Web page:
Largest ever heart stem cell studies get underway
Two linked clinical studies that will show whether stem cell therapy can save the lives of heart attack patients are now underway in London, following the award of €11.7 million funding from the European Commission.
Thursday 1 December 2011
Professor Anthony Mathur (Queen Mary, University of London and Barts and the London NIHR Cardiovascular Biomedical Research unit) and Professor John Martin (UCL and University College Hospitals NHS Foundation Trust) have received the combined funding to establish the two international trials, which will be led by their respective institutions in London.
The first study (BAMI*) is a definitive 3,000 patient trial that will involve patients having their own stem cells taken from their bone marrow and injected into their heart within five days of suffering a heart attack. This trial is an expansion of a smaller clinical study performed at Barts and UCLH that demonstrated the safety of this technique. BAMI is much larger, involving 21 partners in 11 European countries. The results will be announced in five years and will demonstrate whether this treatment saves lives.
The second study (BIOMAGSCAR*) involves eight partners in five countries and aims to build a new lining of the artery in the heart after heart attack by using a novel stent. Stents are artificial tubes inserted into a natural passage in the body to prevent or ease constricted blood flow. This new stent is magnetised and designed to dissolve once it has attracted the patient’s own stem cells to create a new lining of the artery.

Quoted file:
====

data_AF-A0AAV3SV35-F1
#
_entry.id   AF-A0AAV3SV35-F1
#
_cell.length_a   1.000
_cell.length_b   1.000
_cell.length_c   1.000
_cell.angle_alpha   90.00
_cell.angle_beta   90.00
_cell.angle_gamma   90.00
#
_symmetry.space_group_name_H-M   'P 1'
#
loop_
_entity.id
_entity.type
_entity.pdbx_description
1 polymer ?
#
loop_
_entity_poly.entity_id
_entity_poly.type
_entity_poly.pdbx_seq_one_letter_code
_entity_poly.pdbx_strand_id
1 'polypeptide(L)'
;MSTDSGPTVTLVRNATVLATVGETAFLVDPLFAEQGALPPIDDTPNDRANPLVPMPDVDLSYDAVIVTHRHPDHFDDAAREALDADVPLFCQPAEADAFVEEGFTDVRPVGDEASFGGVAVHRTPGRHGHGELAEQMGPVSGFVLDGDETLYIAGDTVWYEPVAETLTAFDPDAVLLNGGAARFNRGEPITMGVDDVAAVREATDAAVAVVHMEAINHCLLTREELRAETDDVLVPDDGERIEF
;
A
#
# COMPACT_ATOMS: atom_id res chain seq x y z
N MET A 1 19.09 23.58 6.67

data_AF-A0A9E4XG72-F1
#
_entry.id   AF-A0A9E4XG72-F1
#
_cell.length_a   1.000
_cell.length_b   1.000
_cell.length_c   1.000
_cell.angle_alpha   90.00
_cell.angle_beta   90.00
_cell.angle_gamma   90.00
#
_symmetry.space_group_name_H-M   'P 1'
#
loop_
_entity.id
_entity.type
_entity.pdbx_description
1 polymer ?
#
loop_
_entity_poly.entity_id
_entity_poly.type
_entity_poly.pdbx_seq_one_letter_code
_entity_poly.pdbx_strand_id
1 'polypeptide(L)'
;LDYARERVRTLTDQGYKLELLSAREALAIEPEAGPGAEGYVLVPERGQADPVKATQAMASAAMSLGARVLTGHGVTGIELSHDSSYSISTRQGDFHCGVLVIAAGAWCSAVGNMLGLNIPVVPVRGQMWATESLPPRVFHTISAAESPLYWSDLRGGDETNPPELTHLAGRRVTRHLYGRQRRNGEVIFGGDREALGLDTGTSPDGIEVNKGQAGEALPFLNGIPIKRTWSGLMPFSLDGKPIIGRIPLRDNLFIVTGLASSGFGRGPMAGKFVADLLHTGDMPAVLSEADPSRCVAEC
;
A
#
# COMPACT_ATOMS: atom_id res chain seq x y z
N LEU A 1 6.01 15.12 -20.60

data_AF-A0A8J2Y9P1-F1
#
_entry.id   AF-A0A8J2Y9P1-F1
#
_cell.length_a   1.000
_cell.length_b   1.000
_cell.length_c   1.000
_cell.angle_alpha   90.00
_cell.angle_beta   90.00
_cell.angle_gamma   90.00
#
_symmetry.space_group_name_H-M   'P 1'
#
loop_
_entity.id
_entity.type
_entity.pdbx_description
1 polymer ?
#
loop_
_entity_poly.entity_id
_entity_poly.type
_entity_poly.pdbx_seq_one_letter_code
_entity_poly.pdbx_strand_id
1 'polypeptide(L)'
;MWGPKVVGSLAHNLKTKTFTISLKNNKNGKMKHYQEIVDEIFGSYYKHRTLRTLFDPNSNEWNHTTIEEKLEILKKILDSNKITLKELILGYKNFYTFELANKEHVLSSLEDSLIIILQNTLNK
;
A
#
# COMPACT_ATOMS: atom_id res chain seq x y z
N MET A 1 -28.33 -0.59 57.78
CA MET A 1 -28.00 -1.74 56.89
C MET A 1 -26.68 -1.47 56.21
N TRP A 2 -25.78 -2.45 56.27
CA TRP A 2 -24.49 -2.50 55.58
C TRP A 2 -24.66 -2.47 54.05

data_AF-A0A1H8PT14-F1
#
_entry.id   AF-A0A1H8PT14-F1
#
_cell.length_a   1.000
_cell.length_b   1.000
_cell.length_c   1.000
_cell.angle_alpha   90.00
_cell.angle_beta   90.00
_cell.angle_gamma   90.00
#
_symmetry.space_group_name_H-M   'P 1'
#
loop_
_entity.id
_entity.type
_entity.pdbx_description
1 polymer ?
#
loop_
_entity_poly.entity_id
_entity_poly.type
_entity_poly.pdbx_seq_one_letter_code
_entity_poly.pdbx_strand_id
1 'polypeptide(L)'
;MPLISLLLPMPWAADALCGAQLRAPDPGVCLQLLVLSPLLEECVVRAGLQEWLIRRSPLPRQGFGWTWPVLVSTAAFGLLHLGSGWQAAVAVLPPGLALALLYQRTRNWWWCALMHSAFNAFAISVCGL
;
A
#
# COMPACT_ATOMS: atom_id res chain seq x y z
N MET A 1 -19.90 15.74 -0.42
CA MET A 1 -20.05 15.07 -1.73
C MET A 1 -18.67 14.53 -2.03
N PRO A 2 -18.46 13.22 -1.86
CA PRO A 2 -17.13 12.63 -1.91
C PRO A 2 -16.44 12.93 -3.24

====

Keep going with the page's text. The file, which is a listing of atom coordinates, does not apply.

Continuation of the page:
Commenting on the BAMI trial, the Chief Investigator Professor Mathur said: “This is the first study that will allow us to measure whether stem cell therapy means the difference between life and death for heart attack patients. A number of smaller trials have already shown promising results by restoring cardiac function in heart disease patients by using adult stem cells to replace damaged heart cells. Now we want to take research to the next level and measure the two-year survival rate following stem cell injections.
“We hope to prove that stem cell injections will reduce the number of people dying from heart attacks by 25% across Europe. After 15 years of research in the stem cell field this is the next step and could lead to life-saving treatments for millions of heart patients.”
Commenting on the BIOMAGSCAR trial, Professor Martin said: “Over 1.5 million stents per year are currently used in Europe and although they have improved patient outcomes, stents still fail.
“The novel concept we propose is the use of a biodegradable magnetisedstent with the ability to attract the patient’s own stem cells, which have been ‘tagged’ with iron nanoparticles. The cells will then multiply and form a new artery lining. We believe this technology could save over 66,000 people from unnecessary suffering, as well as saving the European healthcare system €275 million a year.
“We hope that both these new trials will offer new hope to sufferers of heart disease, a condition that affects more than 50% of the population during their lifetime.”
Professor Mathur and Professor Martin already lead three other clinical trials of stem cells in the heart which are funded by the Heart Cells Foundation, the UK Stem Cell Foundation and the charitable foundation of Barts and the London NHS Trust. The new trials announced today are much larger in size and scope, building on their previous work in this field.
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